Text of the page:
Why I Don’t Want to Kick My Coffee Obsession

Staring at the bright light of my computer screen, I have a jolt of realization not caused by coffee beans. It’s 2022, and I have not published a blog article on my site since 2017.

Then I do the math. That’s a whole five years! During that time, I invested a lot into my professional focus on digital marketing. That focus, while beneficial for growing my career, soured my entire perspective on my personal blogging.

My resounding thought on blogging during those years: Why bother? I’m not trying to sell you anything here. I know all about Google’s search algorithms as well as the rise and fall of the same (see this Feb 2022 article from the Toronto Star).

Today I return to typing away to share my thoughts not for the world or some end goal. The endeavor is a selfish one. I have these thoughts buzzing away in my brain and the only way to get them out is to type them up.

Another theme of the last five years for me has been the physical location of my work, and how this relates to my coffee obsession.

While I was freelancing as Nautilus Consulting, I worked from cafes and coffee shops. The environment was social and relaxed. My coffee consumption habits followed suit, with coffee meetings to chat with clients and colleagues as frequent time blocks in my weekly schedule.

Subsequently, I moved into working for one company in one commercial office space. This introduced more boundaries on my day. I grabbed coffee in a to go mug at a coffee shop down the street from my office. I sipped it without thinking while sitting at my desk. By mid-afternoon, a caffeine urge would hit. I relied upon the office Keurig coffee maker for a quick refresh.

The COVID-19 pandemic changed everything for me, as it did for so many. My company sent us all to work from home. Everything went online. I bought a condo and set up my own home office in the space. I admitted to myself and others that I was more productive, focused, and content in a private (quiet) home office space. It has also been extremely important to me to reduce my time spent driving in my gas-powered Nissan Micra. See my past blog article on the subject, called Commuting for a Career.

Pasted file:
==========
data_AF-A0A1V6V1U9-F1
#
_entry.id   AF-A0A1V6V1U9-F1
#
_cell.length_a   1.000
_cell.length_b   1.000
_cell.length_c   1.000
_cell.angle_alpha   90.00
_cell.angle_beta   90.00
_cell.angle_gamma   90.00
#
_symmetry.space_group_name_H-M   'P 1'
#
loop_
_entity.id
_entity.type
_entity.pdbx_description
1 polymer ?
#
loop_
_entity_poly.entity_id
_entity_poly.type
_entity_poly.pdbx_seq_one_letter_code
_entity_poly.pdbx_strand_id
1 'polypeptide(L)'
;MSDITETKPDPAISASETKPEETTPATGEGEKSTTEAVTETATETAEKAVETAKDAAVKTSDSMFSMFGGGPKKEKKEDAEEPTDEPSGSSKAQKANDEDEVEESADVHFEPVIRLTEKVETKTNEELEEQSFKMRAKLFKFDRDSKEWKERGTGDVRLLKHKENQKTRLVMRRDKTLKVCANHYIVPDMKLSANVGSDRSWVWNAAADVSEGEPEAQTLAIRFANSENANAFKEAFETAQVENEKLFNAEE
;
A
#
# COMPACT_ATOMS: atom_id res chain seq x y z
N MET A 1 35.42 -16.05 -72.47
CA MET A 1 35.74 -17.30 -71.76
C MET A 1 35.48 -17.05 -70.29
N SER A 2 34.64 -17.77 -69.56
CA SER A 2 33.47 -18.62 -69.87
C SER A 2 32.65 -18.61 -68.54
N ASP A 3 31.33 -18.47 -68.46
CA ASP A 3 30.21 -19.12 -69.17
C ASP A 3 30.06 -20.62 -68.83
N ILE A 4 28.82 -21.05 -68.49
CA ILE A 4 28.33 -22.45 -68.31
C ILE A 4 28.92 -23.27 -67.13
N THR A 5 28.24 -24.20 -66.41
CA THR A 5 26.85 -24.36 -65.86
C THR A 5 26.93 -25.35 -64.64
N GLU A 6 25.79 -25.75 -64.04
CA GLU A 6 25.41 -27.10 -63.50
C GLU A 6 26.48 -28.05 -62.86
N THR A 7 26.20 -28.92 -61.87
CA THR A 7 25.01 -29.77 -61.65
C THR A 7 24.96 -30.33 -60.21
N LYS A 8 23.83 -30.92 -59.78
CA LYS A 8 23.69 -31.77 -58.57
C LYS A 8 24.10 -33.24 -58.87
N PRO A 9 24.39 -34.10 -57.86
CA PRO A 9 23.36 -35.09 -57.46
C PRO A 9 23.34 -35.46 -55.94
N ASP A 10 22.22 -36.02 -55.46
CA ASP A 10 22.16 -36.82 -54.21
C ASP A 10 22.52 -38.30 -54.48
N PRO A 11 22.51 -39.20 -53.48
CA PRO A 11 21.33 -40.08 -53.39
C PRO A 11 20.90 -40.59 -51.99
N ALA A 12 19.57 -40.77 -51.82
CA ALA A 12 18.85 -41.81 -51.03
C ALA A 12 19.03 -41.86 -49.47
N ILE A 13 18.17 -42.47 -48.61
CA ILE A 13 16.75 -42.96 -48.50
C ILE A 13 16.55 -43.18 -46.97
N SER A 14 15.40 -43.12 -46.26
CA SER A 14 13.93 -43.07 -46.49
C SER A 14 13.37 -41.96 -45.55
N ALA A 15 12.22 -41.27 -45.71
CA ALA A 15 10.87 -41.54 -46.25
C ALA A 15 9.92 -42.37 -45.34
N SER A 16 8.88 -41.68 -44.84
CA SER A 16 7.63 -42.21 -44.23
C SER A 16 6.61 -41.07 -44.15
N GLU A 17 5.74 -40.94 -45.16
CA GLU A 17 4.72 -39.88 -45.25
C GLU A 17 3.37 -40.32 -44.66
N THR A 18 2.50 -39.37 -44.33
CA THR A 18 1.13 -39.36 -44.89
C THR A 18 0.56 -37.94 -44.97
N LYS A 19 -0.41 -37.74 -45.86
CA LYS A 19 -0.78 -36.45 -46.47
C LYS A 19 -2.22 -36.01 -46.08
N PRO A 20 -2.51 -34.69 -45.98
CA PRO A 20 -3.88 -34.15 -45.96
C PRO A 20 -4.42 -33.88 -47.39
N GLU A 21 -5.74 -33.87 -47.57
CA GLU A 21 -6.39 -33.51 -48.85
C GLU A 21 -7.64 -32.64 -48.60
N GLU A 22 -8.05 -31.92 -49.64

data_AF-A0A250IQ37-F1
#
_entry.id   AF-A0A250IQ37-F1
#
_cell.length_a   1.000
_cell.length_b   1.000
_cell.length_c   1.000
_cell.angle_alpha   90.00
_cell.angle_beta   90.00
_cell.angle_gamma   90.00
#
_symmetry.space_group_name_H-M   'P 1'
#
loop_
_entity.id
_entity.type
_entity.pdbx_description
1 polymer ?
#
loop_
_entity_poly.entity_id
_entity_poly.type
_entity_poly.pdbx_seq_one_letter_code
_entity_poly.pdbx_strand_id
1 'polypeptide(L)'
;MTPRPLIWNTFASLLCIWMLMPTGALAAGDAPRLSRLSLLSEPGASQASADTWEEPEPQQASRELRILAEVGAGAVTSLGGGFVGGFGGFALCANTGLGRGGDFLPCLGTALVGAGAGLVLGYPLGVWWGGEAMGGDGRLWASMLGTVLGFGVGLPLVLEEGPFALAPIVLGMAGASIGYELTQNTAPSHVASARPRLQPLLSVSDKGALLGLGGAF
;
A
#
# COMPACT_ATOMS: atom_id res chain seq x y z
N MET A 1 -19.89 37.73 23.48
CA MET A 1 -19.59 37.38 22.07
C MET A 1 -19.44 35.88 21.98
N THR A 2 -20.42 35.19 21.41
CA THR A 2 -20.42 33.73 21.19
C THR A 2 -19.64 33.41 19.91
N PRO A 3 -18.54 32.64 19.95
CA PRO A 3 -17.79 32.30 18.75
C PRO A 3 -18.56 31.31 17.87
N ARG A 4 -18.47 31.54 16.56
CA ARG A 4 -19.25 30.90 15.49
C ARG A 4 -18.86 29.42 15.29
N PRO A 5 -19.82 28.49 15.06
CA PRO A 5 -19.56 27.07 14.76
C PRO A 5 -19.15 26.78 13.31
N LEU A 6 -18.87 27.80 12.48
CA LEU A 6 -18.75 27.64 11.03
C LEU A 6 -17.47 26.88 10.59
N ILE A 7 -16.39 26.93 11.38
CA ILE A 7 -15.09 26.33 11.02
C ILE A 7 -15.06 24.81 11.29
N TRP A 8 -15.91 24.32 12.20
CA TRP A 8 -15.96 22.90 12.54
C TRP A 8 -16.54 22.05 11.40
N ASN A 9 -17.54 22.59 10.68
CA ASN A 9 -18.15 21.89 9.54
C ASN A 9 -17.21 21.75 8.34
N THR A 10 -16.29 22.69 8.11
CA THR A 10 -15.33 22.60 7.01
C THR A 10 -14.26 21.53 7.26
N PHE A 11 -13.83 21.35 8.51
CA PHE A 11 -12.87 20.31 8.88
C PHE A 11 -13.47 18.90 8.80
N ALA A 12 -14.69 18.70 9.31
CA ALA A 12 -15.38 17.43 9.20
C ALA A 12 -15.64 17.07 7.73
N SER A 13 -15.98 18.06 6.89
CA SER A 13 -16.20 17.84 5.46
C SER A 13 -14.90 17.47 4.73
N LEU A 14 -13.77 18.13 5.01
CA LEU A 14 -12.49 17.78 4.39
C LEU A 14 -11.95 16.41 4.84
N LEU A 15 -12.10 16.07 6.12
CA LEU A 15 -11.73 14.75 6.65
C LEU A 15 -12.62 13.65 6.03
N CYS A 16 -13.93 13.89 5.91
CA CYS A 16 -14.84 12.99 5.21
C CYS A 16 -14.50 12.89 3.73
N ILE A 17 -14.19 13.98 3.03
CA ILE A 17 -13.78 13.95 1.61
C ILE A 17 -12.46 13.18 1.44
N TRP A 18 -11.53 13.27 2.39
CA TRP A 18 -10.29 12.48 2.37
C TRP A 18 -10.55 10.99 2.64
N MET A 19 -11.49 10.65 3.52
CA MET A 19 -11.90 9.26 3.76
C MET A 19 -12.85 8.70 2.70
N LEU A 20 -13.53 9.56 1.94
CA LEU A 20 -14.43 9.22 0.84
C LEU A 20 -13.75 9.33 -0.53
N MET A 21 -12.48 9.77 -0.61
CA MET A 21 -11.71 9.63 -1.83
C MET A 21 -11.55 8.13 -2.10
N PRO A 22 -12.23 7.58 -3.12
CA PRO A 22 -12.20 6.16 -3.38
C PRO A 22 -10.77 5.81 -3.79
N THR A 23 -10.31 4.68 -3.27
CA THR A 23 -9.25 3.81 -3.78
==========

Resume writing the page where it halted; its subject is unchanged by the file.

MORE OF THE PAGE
This was also an inflection point for my coffee drinking habits. During lockdown after lockdown, my mental health was rooted in the structure and order of my day. And each of those days began with a cup of coffee.

This cup of coffee remains my mental crutch. I have made it into a slow and beautiful process that unfurls like a gentle sunrise.

First, I open my container of coffee beans. If I can, I treat myself to EcoCafe St. Jacobs coffee beans. I allow the fragrance of the coffee beans to waft into my nostrils. My eyes close in contentment. I grind the fresh, delicious beans. The process is quick while the sound of the coffee grinder startles my kitchen into wakefulness.

Then I measure out the coffee grinds into my pour over. The hot water kettle is just about done. The blue light pops off as steam hisses out of the top of the kettle. Taking it into my hands, I carefully rotate over top of the pour over, trickling hot water through the grinds and into the waiting cup. A touch of milk alternative completes the perfect cup.

The first sip in pure bliss. I savor it. Sometimes I say a short prayer of thanks. It starts my day out perfectly – and is a key supporter of my mental health.

Why would I ever want to end such a perfect coffee obsession?

Side notes:

On special days I will use my manual milk frother to create some foam, and perhaps add a little bit of artificial flavouring or honey. This is less common these days with the price of milk rapidly rising due to inflation. I hope to continue documenting some of the experiences and trends I am observing in these strange times. It’s fascinating to look back on them after five years and remember ‘what it was like back then’!

As another side note, I work with a remote team out of Nicaragua. One of my colleagues there recently shared that although one of their major exports to the world is the coffee bean, they do not enjoy premium beans as locals. Instead, they access only the cheapest beans. This shocked me into another kind of realization – the very great privilege that I enjoy in my daily coffee ritual. I hope to reflect more on that in future blog posts.

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